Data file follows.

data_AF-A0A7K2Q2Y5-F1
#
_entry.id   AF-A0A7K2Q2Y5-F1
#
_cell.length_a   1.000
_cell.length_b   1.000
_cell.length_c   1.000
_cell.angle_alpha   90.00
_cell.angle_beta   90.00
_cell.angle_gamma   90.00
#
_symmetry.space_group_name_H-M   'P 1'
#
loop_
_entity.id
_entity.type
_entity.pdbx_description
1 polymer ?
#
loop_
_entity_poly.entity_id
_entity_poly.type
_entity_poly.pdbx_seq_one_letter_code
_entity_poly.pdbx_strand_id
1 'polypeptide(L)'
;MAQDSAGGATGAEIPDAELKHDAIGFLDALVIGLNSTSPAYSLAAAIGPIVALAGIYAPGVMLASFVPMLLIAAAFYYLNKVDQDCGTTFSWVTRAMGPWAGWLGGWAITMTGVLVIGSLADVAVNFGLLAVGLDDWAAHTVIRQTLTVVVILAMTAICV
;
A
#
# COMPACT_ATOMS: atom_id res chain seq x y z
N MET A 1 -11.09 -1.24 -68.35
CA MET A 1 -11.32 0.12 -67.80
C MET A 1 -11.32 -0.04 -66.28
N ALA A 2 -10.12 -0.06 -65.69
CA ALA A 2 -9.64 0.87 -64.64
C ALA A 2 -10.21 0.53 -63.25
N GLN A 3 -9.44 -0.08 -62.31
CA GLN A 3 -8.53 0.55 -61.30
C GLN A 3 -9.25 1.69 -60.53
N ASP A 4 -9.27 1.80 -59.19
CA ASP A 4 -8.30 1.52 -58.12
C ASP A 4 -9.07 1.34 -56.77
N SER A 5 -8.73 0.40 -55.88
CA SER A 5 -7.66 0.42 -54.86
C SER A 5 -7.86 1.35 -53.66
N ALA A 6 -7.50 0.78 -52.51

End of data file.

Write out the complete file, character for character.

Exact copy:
data_AF-A0A7K2Q2Y5-F1
#
_entry.id   AF-A0A7K2Q2Y5-F1
#
_cell.length_a   1.000
_cell.length_b   1.000
_cell.length_c   1.000
_cell.angle_alpha   90.00
_cell.angle_beta   90.00
_cell.angle_gamma   90.00
#
_symmetry.space_group_name_H-M   'P 1'
#
loop_
_entity.id
_entity.type
_entity.pdbx_description
1 polymer ?
#
loop_
_entity_poly.entity_id
_entity_poly.type
_entity_poly.pdbx_seq_one_letter_code
_entity_poly.pdbx_strand_id
1 'polypeptide(L)'
;MAQDSAGGATGAEIPDAELKHDAIGFLDALVIGLNSTSPAYSLAAAIGPIVALAGIYAPGVMLASFVPMLLIAAAFYYLNKVDQDCGTTFSWVTRAMGPWAGWLGGWAITMTGVLVIGSLADVAVNFGLLAVGLDDWAAHTVIRQTLTVVVILAMTAICV
;
A
#
# COMPACT_ATOMS: atom_id res chain seq x y z
N MET A 1 -11.09 -1.24 -68.35
CA MET A 1 -11.32 0.12 -67.80
C MET A 1 -11.32 -0.04 -66.28
N ALA A 2 -10.12 -0.06 -65.69
CA ALA A 2 -9.64 0.87 -64.64
C ALA A 2 -10.21 0.53 -63.25
N GLN A 3 -9.44 -0.08 -62.31
CA GLN A 3 -8.53 0.55 -61.30
C GLN A 3 -9.25 1.69 -60.53
N ASP A 4 -9.27 1.80 -59.19
CA ASP A 4 -8.30 1.52 -58.12
C ASP A 4 -9.07 1.34 -56.77
N SER A 5 -8.73 0.40 -55.88
CA SER A 5 -7.66 0.42 -54.86
C SER A 5 -7.86 1.35 -53.66
N ALA A 6 -7.50 0.78 -52.51